Spencer: Well, the ideal result of a move to Miami would be an Ant-Man/Golden Girls crossover, but since we obviously won’t get that (much to the disappointment of both myself and Deadpool), I’ll settle for just seeing how long Scott can last in his Miami “apartment” without air conditioning. Okay, more seriously, I think the move to Miami is meant to separate Scott and Cassie from their allies so as to better establish Ant-Man as a solo hero with a rogues gallery all his own. It’s an interesting move and I look forward to seeing what Spencer does with it, though I hope this doesn’t exclude Darla Deering from showing up soon.
Anyway, Taylor, I am all about “clever”, so yeah, I adored this issue. I will admit that Ant-Man‘s fun tone is no longer as novel as it once was in the wake of books like Batgirl, Hawkeye, Superior Foes of Spider-Man, Ms. Marvel, or even this week’s other new title, The Unbeatable Squirrel-Girl (which I look forward to discussing with you on Tuesday, Taylor), but as long as the story is told well, I really couldn’t care less if other titles are striking a similar note — and this is definitely a well-told story.
What I like best about Nick Spencer’s work on this issue is the specificity of it all. Spencer never settles for generic anything, be it dialogue or world-building. His characters all have distinct voices (even bit players like Prodigy and Beetle), and all their decisions are grounded in the reality of living in the Marvel universe. I suppose some of these references could just be seen as easy jokes, but they’re also a natural consequence of living in a world that’s nearly destroyed on a weekly basis, and I’d rather see that acknowledged than swept under the rug.
The near-mundanity of even Scott’s superheroic life is almost perfectly summed up by how Spencer and Rosanas portray his shrinking abilities. There’s only one panel where Rosanas actually shows Scott shrink; otherwise, Scott always shrinks between panels, and he’s just as likely to shrink for some silly reason than he is to go into battle. Scott’s got superpowers and nothing to hide, so why wouldn’t he shrink to brush his teeth, or travel, or even just to hide when he’s feeling sad and embarrassed on public transit?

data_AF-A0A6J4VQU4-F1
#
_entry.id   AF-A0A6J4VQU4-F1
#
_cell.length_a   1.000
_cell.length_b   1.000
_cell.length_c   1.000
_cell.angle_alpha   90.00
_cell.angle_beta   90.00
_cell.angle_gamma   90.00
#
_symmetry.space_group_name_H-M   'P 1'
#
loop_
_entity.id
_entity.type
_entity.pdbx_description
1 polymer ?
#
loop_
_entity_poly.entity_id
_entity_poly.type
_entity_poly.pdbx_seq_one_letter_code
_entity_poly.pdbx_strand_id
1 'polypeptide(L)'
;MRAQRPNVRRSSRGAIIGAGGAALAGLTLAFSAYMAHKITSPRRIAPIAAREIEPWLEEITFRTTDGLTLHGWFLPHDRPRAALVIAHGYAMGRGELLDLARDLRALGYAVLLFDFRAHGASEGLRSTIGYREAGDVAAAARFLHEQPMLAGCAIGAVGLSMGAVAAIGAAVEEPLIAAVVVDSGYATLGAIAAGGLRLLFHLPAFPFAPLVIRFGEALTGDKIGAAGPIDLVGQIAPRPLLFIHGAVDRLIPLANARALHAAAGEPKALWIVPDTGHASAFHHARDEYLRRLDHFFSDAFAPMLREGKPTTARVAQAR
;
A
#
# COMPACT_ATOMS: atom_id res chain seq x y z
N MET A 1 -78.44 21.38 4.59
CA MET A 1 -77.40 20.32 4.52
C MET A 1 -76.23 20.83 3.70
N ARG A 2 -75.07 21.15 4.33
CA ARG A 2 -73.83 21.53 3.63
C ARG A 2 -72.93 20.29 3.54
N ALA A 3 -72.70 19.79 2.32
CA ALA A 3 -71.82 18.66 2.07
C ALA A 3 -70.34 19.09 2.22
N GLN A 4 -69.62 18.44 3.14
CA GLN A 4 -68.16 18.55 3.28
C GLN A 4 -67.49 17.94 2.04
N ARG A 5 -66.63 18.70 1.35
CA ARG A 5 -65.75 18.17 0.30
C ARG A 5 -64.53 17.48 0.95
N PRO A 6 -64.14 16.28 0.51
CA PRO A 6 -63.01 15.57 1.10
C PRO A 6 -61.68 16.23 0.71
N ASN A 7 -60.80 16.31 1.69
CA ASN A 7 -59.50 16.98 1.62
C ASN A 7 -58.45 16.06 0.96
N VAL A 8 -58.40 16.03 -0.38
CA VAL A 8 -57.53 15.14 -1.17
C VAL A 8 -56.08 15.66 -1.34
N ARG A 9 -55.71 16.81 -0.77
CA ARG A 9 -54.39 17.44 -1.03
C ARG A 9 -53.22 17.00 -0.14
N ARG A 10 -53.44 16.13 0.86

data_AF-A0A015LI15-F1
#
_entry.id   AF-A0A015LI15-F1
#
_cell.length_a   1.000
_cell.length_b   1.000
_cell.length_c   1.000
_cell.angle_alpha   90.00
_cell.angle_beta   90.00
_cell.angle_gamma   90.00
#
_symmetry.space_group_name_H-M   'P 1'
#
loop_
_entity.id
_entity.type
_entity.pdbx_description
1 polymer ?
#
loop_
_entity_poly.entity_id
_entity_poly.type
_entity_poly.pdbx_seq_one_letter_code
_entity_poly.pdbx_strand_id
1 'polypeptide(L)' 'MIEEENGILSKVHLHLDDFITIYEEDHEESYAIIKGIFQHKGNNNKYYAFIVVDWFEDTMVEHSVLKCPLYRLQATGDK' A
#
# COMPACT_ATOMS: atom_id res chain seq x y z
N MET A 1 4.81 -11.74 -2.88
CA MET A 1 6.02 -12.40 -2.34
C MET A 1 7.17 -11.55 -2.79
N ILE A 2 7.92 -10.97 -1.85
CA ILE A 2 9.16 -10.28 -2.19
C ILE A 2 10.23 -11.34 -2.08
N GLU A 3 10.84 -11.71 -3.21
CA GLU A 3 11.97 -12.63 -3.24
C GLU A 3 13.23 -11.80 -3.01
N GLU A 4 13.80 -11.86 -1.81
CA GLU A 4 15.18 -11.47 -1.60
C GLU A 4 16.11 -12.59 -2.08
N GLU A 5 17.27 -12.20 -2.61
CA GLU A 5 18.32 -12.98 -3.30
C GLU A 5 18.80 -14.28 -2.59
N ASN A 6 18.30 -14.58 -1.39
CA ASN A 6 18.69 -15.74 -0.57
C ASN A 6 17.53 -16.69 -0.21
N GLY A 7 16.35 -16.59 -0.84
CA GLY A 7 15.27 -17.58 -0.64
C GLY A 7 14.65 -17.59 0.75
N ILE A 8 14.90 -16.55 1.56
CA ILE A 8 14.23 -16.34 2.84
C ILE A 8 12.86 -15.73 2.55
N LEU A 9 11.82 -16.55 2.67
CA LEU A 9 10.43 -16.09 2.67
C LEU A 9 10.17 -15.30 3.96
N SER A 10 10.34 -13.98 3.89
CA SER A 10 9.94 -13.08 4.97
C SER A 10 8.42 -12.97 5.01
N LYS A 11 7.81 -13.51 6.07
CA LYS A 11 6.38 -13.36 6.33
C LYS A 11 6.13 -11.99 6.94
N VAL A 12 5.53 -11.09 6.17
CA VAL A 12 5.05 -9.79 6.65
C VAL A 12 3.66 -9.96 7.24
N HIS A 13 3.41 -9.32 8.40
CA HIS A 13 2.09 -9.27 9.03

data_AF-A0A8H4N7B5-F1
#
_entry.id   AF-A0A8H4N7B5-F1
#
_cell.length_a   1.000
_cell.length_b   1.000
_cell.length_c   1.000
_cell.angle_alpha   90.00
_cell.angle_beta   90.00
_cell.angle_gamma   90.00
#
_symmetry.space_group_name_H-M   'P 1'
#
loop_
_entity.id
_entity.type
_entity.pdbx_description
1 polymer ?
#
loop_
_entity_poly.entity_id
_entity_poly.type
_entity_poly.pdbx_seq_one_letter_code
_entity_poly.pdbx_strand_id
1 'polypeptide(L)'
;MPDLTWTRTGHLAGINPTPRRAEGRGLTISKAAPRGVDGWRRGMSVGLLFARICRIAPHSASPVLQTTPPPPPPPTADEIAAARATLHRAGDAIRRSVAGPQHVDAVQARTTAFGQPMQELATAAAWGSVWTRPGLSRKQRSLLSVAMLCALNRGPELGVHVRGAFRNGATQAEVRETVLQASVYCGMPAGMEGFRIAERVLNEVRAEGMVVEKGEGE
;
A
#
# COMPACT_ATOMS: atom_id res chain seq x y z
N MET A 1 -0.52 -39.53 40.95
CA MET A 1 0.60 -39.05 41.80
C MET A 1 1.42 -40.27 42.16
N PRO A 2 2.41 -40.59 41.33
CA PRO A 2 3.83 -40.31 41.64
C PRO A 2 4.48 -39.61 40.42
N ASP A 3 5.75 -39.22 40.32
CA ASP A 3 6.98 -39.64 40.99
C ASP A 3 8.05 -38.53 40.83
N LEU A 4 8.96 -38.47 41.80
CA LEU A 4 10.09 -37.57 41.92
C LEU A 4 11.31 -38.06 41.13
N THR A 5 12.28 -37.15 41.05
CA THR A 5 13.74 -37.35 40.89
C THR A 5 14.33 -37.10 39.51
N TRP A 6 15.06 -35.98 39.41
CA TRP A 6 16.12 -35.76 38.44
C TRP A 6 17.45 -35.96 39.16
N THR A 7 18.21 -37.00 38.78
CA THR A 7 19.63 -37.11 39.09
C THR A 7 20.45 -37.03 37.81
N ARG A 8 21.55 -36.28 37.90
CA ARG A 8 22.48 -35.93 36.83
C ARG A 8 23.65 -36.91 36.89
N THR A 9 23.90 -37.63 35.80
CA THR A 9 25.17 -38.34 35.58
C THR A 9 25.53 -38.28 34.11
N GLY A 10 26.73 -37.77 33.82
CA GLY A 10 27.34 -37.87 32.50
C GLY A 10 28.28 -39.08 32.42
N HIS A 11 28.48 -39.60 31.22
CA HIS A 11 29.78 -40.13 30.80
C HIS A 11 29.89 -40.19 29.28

I also appreciate that, for all its cleverness and humor, Ant-Man is full of heart. Scott Lang is a relatable character in the same vein as Clint Barton, in that his many foibles humanize him, but it’s Scott’s relationship with his daughter, Cassie, that forms the heart of the book (and it’s that father-daughter relationship at its core that differentiates Ant-Man from other titles of a similar ilk). Scott is far from perfect, but the moment he passes up his dream job to be with his daughter shows that his priorities are in the right place, giving us more reason than ever to root for the character.
Actually, though, if I have one minor quibble with the issue, it’s with the handling of Cassie. I understand that she just needed to be a normal 14-year-old-girl for this particular issue, but it still feels a bit strange how Spencer glazes over not only her past as a superpowered Young Avenger, but also her recent death and resurrection. The fact that Cassie just came back to life is really important information, and explicitly stating it would have added some important context to the issue that would flesh out Cassie’s mother especially, whose actions might come across as a bit drastic otherwise.
Still, that’s ultimately a small complaint in an issue that I otherwise found to be a nearly perfect character-based story. Ramon Rosanas’s art and Jordan Boyd’s colors, meanwhile, are an excellent compliment to that story. Boyd’s colors are lush and cheerful, and Rosanas has a perfect facial expression on hand to suit pretty much every scene; Rosanas also seems to be having some fun with the few action scenes he gets, throwing out some inventive poses and camera angles. I especially love the second image Taylor posted, where the top of the panel cuts off Beetle as she flees — combined with the broken glass it feels like a really intuitive way to demonstrate her speed.
So, does Ant-Man reinvent the wheel? No. But I don’t really think it needs to; it’s still a smart, funny, inventive, dense read that’s full of heart and personality. That’s no small feat.